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Communities along the northern shoreline of Lake Malawi bury the dead in their own backyard, underscoring an unbreakable bond between the living and the dead.

This mystical fondness was pronounced when Silas Ngwira took us to a rocky graveyard behind his home in Khondowe, Nkhata Bay North.

“Here lies Mary Banda,” he pointed at a mound of soil and rocks. “The pregnant woman died of treatable complications due to poor transport.”

Ngwira: Here lies a woman who would have been alive if we had safe transport options

Banda, who died aged 20 in July this year, was a victim of a poor access to life-saving services in the lakeshore strip which depends on risky water transport.

During the visit, her grandfather took us to her tomb because he was at pains to explain her death and that of the unborn baby.

“This grave,” he whispered, shaking his head. “This is what transport challenges have done to me. My grandchild should have been alive today if we had a proper water transport system and phone network.”

The mountainous area along the continent’s third largest freshwater lake is accessed by water transport only.

Equally cut off from the country’s road network are Ruarwe, Usisya, Thoto, New Salawe, Tchalo, Zunga and Mlowe.

In the final months of her pregnancy, Banda went to live with a relative near Khondowe Health Centre to lessen the burden.

But this meant nothing when she suffered life-threatening complications which needed specialist treatment at Mzuzu Central Hospital (MCH).

“We were told to foot the cost of transportation because the health centre had no boat ambulance. We couldn’t even wait for MV Ilala, a ship which travels once a week. It was an emergency,” Banda explained.

The poor family hired a boat to Usisya, where they would connect to Mzuzu by road.

“We spent all day looking for K15 000 for the boat in various village banks. We departed for Usisya around 11pm and arrived around 1am,” he recalls.

Unfortunately, they had to wait nine hours for an ambulance from Mzuzu, over 60 kilometres away.

“It arrived around 8am and the pregnant woman arrived at MCH very weak. It was too little too late. We lost both the mother and the unborn,” remembers Ngwira.

Khondowe Health Centre nurse and midwife Lupakisko Mkweche says poor transport and phone networks endanger lives of patients and pregnant women.

“We have problems to connect with referral hospitals when we need an ambulance to be on standby at Usisya,” she says.

According to Mkweche, pregnant women constitute almost 30 percent of clients referred to MCH.

For the past three years, four women had stillbirths due to delays caused by poor transport.

“Due to transport problems, most pregnant women referred to higher hospitals end up with stillbirths and fistula,” she explains.

Nowadays, she advises pregnant women to move closer to MCH or Nkhata Bay District Hospital before they are due for delivery.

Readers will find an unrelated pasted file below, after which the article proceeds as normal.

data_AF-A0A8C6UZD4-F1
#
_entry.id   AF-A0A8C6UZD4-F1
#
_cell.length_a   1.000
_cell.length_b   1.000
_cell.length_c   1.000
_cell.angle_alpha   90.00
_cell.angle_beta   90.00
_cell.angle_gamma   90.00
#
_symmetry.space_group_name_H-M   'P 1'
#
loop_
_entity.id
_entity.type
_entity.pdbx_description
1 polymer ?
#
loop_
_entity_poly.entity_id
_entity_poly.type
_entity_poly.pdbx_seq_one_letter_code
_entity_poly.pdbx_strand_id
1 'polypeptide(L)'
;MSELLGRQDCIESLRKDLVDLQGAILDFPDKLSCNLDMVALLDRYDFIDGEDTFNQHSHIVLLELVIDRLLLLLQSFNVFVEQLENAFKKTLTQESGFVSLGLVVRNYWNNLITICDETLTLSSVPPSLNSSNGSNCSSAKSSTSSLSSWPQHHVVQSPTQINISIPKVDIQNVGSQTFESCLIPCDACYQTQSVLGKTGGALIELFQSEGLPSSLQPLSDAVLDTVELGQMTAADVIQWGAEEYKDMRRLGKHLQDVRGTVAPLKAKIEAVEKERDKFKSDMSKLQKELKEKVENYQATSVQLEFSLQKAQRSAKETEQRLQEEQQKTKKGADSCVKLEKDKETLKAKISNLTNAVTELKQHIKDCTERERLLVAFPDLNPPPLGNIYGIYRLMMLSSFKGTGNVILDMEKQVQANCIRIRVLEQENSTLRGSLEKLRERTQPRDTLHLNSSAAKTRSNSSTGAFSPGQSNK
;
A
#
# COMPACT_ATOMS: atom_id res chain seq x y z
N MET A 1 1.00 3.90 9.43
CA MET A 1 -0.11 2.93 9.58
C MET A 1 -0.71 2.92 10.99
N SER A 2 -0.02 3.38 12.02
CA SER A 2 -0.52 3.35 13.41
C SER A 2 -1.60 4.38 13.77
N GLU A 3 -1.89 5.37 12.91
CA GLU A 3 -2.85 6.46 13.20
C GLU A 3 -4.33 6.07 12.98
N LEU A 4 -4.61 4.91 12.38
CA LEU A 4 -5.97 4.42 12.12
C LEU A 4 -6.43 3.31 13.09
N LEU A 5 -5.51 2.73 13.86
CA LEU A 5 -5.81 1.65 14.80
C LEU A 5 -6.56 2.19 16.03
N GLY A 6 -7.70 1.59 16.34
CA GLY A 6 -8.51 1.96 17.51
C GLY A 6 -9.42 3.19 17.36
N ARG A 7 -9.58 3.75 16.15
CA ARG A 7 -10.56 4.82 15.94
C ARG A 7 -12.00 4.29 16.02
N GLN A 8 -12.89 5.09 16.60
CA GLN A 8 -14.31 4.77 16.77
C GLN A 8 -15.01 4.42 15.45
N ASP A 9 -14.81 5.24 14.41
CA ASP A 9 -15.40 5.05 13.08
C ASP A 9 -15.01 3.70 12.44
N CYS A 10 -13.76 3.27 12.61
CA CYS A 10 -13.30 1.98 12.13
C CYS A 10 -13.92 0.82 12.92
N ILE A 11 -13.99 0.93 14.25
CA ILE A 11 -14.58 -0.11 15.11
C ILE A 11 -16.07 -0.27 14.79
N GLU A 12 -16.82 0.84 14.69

“We are afraid of losing them. With transport challenges, it would be disastrous when there are complications,” says Mkweche.

Poverty forces constrained women to deliver at Khondowe.

Mkweche says government needs to address transport challenges by offering the remote community a boat ambulance.

“We also need phone networks to quickly communicate with referral hospitals in case of emergencies,” she says.

Sub-Traditional Authority (S-T/A) Kondowe asked for a better road to connect Mlowe and Usisya. This will wean people from slow and unsafe water travels.

According to Malawi Health Equity Network (Mhen) executive director George Jobe, the deadly gaps in Nkhata Bay North constitute a wake-up call for government to revisit its investment in the healthcare sector.

“When planning for health, especially ambulances, government and district councils should not use the one size-fits-all procedure because places along the lake need boat ambulances,” he says.

Jobe is concerned that Malawians in hard-to-reach areas, where quality health services are scarce, are denied the life-saving interventions by government.

“In case of outbreaks, such areas may also be heavily affected,” he says.

Interestingly, Ministry of Health (MoH) spokesperson Adrian Chikumbe says government is aware that some populations in tricky terrains remain marginalised and excluded.

The Malawi Health Sector Strategic Plan II (2017-2021) promotes universal health coverage as advocated for by the United Nations.

“With decentralisation, district councils are empowered to realign their priorities with the strategic plan. Wherever resources allow, the Ministry of Health will continue to support needy councils in areas that need huge funding allocation,” says Chikumbe

Nkhata Bay district health office spokesperson Christopher Singini says the district has a rundown boat that operates between Ruarwe and Khondowe to refer cases to Usisya.

“We have allocated some funds to repair it,” he says. “Even if the boat were operational, the district would need more support to address challenges in referring cases from the lakeshore areas.”

There is no boat ambulance operating between Usisya and Nkhata Bay.

“We need a bigger boat for that stretch because it is a long a distance,” says Singini.

There is an overland ambulance which operates between Usisya and Mzuzu in the dry season only.

The district health office suspends the ambulance during rainy periods because the tricky earth road is muddy and dangerous.

“We really need a boat ambulance to operate from Usisya during rainy days,” says Singini.

Ngwira and his neighbours want a break from digging graves for the pregnant women dying due to the long wait for safer transport alternatives becomes a depressing song—dirges. n

The post Graves for lakeshore mothers appeared first on The Nation Online.



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